“There were several incidents involving him harassing and threatening my brother,” Farris Barakat told the Guardian, adding that Hicks had come to their apartment at least four times, and that in the more recent visits he had “pulled his jacket to show his gun, almost like brandishing it”.
Farris said that Yusor and Deah had been afraid of Hicks, and that they had previously discussed reporting him to the police, and that both Yusor and her mother – who wore headscarfs – had sensed hostility from him based on their religious attire.
Barakat’s comments echo those of Mohammad Abu-Salha, the father of the two women killed.
Abu-Salha, a psychiatrist in Clayton, told the Raleigh News & Observer that his daughter had recently told her parents that they had a “hateful neighbour”.
The New Yorker offers:
So there you have it. Some people are sensitive about parking. One such person stood his ground. Now three young innocents are dead, and he’s being held without bond in the county jail. A lamentable affair, but, told like that, shorn of all context, it’s not unlike a song on the radio, folkloric. Our imaginations are primed to grasp it…
What’s hard to get one’s mind around is that everyone who’s singing this tune—the police, the wife, the prosecutor—seems to think that it’s reassuring. Getting blown away by a neighbor just because he’s pissed off at you for some ridiculous reason has become the equivalent of a natural disaster in our country, with our gun culture. It’s got nothing to do with the killer’s ideology, or with the victim’s identity. That’s the thinking. And, with this “parking” alibi, we’re being asked to imagine that these killings are a private tragedy, not some big public deal—not terrorism, not even like terrorism. We’re being told to believe that the vigilante killing of three young Americans is socially and politically meaningless.
It seems we are also supposed to be relieved by the fact that Hicks, who carried a gun to earlier confrontations with his neighbors, was not a religious fanatic. Are we then supposed to ignore the fact that he was an anti-religious fanatic, who was said to have taunted the women he later killed for dressing according to their traditions and beliefs? We are told that he was in favor of gay marriage, as if that negated his militant intolerance of others. He spent most of his time on Facebook heaping contempt on Christians, who are more numerous by far in Hicks’s neck of the woods than Muslims. And yet with law-enforcement sounding like Hicks-family spin doctors, we are being urged to consider this murderer as a figure of all-embracing American assimilation—a man who did not care who they were but hated them as he would hate anyone and everyone, equally and without fear or favor, for the way they parked.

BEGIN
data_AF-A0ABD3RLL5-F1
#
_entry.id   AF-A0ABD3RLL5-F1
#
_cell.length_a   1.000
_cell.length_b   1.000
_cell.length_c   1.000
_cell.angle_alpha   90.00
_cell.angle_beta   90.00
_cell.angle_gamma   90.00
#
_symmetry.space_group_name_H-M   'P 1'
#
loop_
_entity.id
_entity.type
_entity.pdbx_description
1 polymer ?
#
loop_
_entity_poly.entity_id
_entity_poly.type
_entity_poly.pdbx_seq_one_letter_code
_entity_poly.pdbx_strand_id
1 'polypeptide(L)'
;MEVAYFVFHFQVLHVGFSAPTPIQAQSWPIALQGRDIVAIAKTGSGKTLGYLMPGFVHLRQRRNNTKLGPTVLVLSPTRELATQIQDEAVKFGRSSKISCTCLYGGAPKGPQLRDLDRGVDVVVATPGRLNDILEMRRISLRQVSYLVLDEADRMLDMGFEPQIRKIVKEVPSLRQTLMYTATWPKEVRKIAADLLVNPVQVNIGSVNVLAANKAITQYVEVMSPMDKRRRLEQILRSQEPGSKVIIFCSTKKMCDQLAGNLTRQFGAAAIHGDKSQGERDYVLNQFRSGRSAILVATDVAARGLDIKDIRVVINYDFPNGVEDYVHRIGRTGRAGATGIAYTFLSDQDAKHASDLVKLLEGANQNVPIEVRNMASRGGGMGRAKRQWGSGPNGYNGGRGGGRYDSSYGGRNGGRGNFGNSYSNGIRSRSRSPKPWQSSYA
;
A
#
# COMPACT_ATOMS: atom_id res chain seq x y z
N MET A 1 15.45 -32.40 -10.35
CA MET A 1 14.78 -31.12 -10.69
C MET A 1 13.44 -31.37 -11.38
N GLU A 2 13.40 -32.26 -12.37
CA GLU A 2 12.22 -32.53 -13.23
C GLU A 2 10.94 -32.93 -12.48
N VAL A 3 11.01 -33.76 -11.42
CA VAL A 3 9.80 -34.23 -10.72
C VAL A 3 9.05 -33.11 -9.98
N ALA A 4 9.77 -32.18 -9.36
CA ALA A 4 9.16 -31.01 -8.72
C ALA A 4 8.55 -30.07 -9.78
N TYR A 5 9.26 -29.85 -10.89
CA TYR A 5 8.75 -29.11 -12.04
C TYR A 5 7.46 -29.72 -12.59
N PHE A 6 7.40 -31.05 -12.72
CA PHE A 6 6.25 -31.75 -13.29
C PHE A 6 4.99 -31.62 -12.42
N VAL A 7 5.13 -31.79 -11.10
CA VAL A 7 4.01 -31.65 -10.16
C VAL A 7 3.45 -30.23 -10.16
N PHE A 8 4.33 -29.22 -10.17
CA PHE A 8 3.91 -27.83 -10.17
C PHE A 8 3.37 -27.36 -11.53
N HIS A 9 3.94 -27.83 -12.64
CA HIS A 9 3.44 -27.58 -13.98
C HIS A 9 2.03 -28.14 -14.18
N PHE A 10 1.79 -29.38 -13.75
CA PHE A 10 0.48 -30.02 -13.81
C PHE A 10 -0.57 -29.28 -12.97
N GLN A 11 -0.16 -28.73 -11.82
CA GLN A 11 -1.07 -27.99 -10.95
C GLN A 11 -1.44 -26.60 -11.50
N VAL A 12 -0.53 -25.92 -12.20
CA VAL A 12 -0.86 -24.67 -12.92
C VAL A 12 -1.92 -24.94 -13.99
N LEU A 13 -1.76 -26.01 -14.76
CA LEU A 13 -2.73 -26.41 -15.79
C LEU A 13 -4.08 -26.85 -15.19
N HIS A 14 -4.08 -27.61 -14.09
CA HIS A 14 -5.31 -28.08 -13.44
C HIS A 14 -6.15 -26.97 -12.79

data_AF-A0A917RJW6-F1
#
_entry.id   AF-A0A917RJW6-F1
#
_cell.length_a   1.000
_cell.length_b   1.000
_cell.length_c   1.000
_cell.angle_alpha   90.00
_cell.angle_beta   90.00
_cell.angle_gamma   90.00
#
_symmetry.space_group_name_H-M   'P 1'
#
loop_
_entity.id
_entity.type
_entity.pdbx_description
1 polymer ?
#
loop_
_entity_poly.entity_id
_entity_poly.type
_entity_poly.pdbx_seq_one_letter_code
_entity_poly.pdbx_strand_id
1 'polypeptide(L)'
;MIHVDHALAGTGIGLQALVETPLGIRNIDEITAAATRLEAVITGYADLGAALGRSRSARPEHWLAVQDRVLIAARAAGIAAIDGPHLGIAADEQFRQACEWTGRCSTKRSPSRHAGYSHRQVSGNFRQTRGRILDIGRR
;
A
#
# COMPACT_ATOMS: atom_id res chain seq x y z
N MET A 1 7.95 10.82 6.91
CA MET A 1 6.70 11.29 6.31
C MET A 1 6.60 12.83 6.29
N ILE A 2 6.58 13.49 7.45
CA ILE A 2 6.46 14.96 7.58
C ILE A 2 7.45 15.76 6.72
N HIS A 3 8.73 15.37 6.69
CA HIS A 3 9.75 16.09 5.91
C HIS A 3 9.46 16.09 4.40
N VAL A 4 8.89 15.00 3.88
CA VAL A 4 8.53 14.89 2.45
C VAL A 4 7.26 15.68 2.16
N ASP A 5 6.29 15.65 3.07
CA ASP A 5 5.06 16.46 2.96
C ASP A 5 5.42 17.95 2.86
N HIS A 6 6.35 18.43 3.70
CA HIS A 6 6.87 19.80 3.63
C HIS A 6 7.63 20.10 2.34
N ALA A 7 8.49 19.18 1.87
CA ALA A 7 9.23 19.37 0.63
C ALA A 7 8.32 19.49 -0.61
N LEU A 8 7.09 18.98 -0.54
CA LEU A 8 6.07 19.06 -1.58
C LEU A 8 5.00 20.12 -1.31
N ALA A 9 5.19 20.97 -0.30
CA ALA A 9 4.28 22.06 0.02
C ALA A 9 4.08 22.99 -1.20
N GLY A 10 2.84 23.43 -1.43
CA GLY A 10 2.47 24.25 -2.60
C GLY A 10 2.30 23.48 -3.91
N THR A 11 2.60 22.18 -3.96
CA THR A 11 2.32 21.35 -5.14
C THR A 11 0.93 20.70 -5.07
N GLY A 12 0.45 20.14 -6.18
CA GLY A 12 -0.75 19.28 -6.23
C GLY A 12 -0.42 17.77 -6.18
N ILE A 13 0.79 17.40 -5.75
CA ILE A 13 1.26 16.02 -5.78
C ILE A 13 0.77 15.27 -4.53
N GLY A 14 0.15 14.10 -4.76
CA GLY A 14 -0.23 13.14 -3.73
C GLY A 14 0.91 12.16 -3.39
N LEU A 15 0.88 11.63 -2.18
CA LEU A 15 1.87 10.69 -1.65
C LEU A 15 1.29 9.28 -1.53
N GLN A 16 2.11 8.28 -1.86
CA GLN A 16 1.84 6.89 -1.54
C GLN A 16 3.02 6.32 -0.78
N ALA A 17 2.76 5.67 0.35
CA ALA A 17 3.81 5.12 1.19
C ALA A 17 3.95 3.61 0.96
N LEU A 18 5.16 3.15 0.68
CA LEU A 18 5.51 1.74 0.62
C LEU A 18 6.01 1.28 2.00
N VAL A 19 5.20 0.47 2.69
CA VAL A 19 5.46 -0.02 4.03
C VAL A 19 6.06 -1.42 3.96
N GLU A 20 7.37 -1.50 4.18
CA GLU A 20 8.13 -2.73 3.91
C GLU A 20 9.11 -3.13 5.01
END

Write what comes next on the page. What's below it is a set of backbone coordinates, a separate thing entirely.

The Weekley Standard:
“Somehow, if he had liked Sean Hannity and the Southern Baptist Convention instead of Rachel Maddow and the Freedom from Religion Foundation, I don’t think we would witness the media restraint we’re seeing when it comes to connecting this killer’s politics to his terrible deeds. And again, I would note the irony of his fondness for the Southern Poverty Law Center. By the SPLC’s own logic, the SPLC shares responsibility for another hate crime. Now that the SPLC has been hoisted by its own petard twice in a few years, I hope it and other liberal groups act more responsibly the next time they want to blame a tragic crime on someone’s personal politics.”
The Blazes sees inconsistency:
“It is ironic that in the wake of President Barack Obama’s remarks about a ‘random’ attack by a Muslim terrorist on a Kosher supermarket — note that the White House will not call it a jihadist attack on Jews — in the case of the victims in North Carolina, again from the start they were identified as Muslims. Randomness is clearly in the eye of the beholder.”